Waag first argued that the employer had interfered with his FMLA rights by failing to restore him to his former position with the company, which had been reassigned to another employee. In response, the court noted that the plain text of the law “does not indicate a preference for restoring covered employees to their pre-leave positions over ‘equivalent’ positions, and it does not require an employer to hold open an employee’s original position while that employee is on leave.”
Waag then argued that Sotera interfered with his FMLA rights by failing to restore him to an equivalent position. The court, however, noted that Waag’s salary and benefits were identical for both positions, that both positions offered him eligibility for bonuses, that his title of Senior Director remained the same, that he worked in the same location, and that his duties and responsibilities were substantially similar to his prior position. As these terms and conditions of employment were nearly identical, the court found Waag’s other complaints about the differences between the positions, which included his claims of a loss of prestige, to be “de minimis.”
Waag’s final argument was that Sotera placed him in a “sham position,” which Sotera had created to make it appear that Waag had been restored to an equivalent position, with the later intention of terminating him from employment. He argued that a reasonably jury could conclude that Sotera had done so based on temporal proximity, i.e., that Waag was placed in a new job that was eliminated six weeks later. The court, however, rejected this argument, noting that there was no other evidence in the record that would permit a jury to conclude, without speculating, that the job was a sham.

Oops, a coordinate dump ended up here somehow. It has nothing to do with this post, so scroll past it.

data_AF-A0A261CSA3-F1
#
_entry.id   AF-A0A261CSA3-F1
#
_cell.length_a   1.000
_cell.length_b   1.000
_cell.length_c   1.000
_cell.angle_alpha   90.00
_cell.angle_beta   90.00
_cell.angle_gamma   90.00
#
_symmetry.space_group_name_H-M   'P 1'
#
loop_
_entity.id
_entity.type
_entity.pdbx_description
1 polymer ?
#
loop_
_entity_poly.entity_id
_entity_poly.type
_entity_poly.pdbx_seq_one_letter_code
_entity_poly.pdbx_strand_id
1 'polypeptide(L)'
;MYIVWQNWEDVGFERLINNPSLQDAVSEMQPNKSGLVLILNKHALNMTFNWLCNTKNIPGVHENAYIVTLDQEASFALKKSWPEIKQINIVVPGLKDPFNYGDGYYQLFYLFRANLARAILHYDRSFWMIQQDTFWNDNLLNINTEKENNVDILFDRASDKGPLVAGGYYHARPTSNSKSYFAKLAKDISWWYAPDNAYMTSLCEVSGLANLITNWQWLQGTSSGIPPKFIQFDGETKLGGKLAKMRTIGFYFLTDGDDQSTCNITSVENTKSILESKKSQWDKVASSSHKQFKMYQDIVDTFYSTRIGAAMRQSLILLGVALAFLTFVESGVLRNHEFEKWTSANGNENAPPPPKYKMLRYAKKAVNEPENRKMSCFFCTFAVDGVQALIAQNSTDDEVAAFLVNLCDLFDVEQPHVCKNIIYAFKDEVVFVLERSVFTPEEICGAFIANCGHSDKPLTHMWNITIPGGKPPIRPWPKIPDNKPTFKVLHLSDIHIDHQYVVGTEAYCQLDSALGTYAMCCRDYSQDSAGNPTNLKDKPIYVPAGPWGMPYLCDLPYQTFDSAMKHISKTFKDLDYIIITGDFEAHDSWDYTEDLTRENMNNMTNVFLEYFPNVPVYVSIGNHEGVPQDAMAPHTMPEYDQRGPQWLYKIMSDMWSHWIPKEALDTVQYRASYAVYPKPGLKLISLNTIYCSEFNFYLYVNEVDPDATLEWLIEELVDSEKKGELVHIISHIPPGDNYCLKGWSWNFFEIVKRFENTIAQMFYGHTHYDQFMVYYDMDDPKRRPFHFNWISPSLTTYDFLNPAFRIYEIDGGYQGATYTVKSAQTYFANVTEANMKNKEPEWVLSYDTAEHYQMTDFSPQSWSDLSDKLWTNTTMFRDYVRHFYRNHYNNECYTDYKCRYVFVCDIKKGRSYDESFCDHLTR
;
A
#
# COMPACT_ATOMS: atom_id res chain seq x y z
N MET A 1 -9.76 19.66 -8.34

The court admitted that a close temporal proximity between protected FMLA activity and an adverse employment action could establish a prima facie case of retaliation, however, Waag was also required to show that Sotera’s proffered explanation was, in fact, a pretext for retaliation. As Sotera offered substantial evidence showing that the government sequestration had a disastrous effect on its business, and Waag could not point to any evidence in the record that would allow a reasonable jury to conclude he was let go due to retaliation, the Fifth Circuit upheld finding of summary judgment for Sotera.
The law often places employers in the position of ensuring that employees’ FMLA rights are protected while also making difficult but important business decisions. The takeaway from this case is to make a complete record of the employee’s proper reinstatement and the business decisions that lead to any later layoff. Although employers are not required to reinstate employees to their former position, employers should ensure that returning employees are placed in an equivalent position with equivalent pay, benefits, and terms and conditions of employment. When put in the position to make the necessary layoff of an employee returning from FMLA leave, employers must take care to thoroughly document the reasons for doing so, and to ensure that no part of the layoff is due to retaliation or interference with an employee’s FMLA rights.